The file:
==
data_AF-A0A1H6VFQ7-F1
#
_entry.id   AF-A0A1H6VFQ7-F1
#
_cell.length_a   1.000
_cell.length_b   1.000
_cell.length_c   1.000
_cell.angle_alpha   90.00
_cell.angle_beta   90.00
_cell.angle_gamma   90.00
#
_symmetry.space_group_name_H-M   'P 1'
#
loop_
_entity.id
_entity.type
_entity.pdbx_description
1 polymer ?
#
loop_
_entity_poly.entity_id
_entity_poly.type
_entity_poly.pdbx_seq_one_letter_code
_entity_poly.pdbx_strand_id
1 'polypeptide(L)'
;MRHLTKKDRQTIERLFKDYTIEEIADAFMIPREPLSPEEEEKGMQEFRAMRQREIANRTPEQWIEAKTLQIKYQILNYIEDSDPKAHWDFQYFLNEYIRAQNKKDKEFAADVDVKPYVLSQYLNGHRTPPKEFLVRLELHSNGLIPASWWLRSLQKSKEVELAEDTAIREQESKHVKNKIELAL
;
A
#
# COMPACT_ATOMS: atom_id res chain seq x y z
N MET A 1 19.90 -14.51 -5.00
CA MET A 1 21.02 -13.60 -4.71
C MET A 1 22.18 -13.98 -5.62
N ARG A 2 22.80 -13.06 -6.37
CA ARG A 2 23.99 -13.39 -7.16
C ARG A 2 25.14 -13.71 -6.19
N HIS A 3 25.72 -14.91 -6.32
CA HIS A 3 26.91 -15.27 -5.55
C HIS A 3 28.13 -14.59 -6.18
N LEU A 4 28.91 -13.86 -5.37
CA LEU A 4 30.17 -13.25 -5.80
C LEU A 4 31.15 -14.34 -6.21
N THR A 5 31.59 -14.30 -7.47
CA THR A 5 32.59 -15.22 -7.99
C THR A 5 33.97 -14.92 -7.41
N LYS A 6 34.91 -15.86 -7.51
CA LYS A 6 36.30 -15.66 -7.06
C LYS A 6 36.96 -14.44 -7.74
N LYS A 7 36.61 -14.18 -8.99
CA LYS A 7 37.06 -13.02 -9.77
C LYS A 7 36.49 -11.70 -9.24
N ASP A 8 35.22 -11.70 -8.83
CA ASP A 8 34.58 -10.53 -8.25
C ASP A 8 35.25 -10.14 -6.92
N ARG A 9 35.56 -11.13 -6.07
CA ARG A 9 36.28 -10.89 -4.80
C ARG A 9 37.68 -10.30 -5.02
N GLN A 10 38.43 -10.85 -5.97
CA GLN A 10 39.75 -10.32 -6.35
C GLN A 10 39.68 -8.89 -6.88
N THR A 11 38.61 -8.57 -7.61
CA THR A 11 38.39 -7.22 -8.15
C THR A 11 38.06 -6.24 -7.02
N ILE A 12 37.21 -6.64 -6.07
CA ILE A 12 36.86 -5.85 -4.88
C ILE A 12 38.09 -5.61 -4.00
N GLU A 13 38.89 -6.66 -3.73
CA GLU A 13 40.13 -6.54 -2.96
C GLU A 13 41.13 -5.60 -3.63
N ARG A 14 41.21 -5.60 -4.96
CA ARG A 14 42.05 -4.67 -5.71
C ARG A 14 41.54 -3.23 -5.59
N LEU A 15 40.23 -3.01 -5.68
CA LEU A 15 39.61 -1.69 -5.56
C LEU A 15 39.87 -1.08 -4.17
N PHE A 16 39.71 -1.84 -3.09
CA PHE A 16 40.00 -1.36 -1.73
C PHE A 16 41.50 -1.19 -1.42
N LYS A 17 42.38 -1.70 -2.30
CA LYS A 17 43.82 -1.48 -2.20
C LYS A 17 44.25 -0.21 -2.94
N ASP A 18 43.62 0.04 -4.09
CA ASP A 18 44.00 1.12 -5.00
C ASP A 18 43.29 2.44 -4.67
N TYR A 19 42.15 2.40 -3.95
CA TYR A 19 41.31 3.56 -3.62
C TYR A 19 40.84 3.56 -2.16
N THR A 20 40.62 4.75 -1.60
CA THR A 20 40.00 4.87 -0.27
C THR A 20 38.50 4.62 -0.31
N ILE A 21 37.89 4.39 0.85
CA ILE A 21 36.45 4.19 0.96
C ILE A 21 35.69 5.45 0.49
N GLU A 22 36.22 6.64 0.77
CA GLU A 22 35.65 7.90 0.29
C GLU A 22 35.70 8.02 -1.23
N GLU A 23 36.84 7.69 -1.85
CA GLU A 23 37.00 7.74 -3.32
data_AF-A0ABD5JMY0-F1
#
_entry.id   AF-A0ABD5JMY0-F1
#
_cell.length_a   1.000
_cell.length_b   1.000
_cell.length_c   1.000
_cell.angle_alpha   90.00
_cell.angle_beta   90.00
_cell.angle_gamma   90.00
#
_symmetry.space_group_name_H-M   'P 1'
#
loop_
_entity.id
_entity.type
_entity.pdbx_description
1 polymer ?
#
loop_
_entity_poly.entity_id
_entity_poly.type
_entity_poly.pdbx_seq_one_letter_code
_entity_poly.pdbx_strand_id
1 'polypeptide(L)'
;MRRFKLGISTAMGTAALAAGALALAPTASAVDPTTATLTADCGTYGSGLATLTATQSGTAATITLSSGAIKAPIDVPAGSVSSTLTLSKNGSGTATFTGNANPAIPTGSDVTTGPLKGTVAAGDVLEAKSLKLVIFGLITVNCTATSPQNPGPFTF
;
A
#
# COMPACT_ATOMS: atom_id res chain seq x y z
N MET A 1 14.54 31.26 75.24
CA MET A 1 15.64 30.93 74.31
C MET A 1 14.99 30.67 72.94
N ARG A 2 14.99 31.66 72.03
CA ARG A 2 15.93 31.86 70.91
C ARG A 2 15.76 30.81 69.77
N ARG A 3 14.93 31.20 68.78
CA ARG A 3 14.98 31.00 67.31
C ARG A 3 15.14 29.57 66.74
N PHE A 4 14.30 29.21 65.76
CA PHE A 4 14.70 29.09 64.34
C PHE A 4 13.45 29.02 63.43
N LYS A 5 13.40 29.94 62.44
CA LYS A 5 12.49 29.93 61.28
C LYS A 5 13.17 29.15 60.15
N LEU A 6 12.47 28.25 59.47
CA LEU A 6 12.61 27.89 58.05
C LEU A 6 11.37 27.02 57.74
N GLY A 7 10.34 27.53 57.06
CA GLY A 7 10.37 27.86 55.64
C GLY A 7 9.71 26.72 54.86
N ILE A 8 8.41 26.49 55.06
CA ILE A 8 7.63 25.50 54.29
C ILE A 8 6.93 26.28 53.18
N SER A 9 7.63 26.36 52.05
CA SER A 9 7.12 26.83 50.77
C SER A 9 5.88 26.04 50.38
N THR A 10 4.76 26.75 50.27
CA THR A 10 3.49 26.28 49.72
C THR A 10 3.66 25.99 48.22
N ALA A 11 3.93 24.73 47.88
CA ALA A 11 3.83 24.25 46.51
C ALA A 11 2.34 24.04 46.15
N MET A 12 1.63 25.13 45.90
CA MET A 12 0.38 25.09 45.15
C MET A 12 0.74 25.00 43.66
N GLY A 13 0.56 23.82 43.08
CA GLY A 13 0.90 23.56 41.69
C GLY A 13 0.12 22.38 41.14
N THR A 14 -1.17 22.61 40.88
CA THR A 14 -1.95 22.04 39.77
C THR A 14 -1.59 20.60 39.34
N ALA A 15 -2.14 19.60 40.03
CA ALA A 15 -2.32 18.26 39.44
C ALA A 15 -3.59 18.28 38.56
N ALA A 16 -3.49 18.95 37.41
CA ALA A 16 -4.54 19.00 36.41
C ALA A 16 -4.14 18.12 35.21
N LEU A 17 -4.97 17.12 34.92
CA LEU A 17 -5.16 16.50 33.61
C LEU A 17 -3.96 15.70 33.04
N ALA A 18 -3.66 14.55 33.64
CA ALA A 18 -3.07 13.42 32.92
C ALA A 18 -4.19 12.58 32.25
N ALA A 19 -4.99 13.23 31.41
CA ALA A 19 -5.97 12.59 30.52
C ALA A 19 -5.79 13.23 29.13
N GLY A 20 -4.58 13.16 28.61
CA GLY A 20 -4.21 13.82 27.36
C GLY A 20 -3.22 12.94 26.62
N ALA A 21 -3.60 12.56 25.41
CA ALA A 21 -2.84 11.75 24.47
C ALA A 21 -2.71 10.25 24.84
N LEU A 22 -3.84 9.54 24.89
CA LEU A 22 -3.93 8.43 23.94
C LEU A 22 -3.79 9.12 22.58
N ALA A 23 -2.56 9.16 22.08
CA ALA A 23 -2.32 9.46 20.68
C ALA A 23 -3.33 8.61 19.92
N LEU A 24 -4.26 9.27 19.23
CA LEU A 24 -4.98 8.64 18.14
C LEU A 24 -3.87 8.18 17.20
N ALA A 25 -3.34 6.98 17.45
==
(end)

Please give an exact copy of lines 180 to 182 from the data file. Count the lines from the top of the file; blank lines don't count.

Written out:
N ALA A 18 -3.66 14.55 33.64
CA ALA A 18 -3.07 13.42 32.92
C ALA A 18 -4.19 12.58 32.25